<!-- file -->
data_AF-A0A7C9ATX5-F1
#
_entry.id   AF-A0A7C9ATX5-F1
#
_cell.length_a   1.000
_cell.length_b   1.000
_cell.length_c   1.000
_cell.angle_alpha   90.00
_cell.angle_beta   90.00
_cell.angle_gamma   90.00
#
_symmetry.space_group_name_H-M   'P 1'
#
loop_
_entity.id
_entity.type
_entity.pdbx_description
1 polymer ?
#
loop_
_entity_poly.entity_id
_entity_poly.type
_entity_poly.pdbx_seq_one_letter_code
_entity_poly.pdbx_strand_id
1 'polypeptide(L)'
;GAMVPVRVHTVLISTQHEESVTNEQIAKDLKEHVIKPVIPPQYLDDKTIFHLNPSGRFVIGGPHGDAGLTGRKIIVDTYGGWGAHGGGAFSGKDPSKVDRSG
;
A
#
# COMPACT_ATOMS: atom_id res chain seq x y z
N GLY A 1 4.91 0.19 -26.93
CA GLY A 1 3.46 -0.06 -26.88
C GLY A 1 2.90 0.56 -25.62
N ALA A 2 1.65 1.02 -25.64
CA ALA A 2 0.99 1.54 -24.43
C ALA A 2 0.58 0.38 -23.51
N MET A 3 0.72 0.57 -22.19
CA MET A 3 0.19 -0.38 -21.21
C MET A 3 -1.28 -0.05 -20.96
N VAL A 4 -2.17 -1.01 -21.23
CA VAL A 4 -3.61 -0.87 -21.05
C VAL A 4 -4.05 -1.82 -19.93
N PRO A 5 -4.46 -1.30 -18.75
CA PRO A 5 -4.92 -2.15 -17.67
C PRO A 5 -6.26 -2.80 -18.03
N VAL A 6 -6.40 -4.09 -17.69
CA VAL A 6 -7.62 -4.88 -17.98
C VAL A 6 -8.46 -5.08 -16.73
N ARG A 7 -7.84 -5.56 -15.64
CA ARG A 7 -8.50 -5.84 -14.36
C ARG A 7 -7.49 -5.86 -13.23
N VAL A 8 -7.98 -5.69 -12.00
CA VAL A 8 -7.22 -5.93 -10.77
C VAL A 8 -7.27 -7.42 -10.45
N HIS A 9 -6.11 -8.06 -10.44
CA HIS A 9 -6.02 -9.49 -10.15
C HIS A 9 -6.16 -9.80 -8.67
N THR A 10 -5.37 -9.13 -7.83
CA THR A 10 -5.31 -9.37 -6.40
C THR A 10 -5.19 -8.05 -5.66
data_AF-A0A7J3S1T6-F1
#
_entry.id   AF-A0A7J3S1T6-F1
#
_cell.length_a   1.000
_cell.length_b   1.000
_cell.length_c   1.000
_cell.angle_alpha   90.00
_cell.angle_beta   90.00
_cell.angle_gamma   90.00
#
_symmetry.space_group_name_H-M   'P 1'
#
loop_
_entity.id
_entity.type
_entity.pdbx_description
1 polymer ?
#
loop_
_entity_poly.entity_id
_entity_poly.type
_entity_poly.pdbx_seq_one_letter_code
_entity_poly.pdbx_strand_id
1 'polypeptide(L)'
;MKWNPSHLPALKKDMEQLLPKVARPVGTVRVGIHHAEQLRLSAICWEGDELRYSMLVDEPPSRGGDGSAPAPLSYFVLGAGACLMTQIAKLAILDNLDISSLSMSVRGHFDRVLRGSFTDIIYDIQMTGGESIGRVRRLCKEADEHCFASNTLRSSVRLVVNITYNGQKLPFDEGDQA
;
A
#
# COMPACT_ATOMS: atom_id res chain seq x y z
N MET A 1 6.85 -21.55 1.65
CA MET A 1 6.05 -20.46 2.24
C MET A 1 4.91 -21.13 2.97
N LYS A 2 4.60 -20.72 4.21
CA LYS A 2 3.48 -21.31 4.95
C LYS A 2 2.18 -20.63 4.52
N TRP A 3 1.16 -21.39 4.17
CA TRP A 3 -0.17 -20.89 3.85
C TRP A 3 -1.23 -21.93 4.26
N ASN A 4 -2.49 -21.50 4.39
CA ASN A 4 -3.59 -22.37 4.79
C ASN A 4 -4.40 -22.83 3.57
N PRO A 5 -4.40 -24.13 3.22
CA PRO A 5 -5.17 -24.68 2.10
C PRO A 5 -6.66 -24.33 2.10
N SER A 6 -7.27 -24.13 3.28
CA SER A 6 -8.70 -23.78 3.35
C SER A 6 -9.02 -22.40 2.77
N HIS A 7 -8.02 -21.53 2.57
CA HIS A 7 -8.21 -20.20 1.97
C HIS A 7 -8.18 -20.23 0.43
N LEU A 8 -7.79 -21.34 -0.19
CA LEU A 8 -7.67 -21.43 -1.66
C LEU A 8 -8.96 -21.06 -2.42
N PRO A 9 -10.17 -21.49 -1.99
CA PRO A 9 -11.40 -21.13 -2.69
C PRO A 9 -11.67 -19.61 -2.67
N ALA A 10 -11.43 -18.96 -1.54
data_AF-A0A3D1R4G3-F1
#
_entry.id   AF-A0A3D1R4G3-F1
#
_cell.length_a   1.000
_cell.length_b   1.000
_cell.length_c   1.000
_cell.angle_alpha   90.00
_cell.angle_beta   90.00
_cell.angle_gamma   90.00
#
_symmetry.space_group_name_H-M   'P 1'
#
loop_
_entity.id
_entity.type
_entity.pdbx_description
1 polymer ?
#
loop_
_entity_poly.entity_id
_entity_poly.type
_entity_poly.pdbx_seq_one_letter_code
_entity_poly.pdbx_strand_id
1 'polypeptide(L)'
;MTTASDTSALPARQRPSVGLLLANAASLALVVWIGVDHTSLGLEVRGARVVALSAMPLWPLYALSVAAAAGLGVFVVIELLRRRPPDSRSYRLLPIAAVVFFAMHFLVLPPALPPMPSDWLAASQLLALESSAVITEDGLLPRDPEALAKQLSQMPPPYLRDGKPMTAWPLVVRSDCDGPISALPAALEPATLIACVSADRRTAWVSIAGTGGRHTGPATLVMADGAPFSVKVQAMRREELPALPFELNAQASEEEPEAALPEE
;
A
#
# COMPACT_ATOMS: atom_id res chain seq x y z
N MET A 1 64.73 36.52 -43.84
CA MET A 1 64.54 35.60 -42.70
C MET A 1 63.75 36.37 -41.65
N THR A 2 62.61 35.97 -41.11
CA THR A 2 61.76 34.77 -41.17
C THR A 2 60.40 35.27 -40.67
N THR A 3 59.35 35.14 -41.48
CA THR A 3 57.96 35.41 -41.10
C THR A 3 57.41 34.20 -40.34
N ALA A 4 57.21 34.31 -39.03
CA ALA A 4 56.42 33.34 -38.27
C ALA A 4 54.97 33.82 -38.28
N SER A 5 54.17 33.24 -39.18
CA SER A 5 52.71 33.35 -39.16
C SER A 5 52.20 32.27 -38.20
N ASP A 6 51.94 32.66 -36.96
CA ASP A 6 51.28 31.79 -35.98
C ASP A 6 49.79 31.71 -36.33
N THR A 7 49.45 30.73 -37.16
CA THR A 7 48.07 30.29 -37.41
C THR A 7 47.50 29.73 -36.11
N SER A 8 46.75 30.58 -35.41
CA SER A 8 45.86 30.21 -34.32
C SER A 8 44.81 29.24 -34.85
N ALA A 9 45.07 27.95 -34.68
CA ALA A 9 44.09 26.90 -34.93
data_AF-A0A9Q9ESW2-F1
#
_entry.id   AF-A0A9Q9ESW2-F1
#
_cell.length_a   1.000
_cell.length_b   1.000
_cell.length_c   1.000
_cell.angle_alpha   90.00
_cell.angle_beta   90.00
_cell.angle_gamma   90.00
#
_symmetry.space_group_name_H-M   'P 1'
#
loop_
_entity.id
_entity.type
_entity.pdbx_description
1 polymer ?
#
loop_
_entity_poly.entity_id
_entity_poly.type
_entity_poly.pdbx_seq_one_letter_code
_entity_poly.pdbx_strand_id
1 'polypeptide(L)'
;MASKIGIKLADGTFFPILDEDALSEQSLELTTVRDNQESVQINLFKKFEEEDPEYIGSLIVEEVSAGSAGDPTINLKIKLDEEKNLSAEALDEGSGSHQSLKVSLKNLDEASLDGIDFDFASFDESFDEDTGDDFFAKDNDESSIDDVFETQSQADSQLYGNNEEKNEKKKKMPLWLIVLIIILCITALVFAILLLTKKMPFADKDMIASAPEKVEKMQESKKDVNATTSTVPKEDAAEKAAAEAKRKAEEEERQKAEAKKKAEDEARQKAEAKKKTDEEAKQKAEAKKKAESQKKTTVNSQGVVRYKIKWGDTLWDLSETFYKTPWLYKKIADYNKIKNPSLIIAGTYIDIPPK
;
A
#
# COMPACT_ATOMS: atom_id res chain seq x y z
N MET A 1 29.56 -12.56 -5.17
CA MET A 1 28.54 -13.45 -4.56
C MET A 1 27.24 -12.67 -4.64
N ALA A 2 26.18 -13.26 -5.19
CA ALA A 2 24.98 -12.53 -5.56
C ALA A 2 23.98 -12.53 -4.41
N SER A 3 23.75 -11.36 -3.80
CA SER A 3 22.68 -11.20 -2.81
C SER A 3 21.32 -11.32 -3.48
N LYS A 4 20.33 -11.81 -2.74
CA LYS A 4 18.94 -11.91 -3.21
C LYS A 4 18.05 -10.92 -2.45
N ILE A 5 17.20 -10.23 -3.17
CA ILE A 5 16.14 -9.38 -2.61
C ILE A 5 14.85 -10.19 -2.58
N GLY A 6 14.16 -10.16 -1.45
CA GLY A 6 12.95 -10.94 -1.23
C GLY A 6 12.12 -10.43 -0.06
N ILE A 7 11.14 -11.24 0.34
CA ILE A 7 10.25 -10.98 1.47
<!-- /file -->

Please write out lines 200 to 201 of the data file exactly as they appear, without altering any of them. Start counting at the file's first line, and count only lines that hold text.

;MASKIGIKLADGTFFPILDEDALSEQSLELTTVRDNQESVQINLFKKFEEEDPEYIGSLIVEEVSAGSAGDPTINLKIKLDEEKNLSAEALDEGSGSHQSLKVSLKNLDEASLDGIDFDFASFDESFDEDTGDDFFAKDNDESSIDDVFETQSQADSQLYGNNEEKNEKKKKMPLWLIVLIIILCITALVFAILLLTKKMPFADKDMIASAPEKVEKMQESKKDVNATTSTVPKEDAAEKAAAEAKRKAEEEERQKAEAKKKAEDEARQKAEAKKKTDEEAKQKAEAKKKAESQKKTTVNSQGVVRYKIKWGDTLWDLSETFYKTPWLYKKIADYNKIKNPSLIIAGTYIDIPPK
;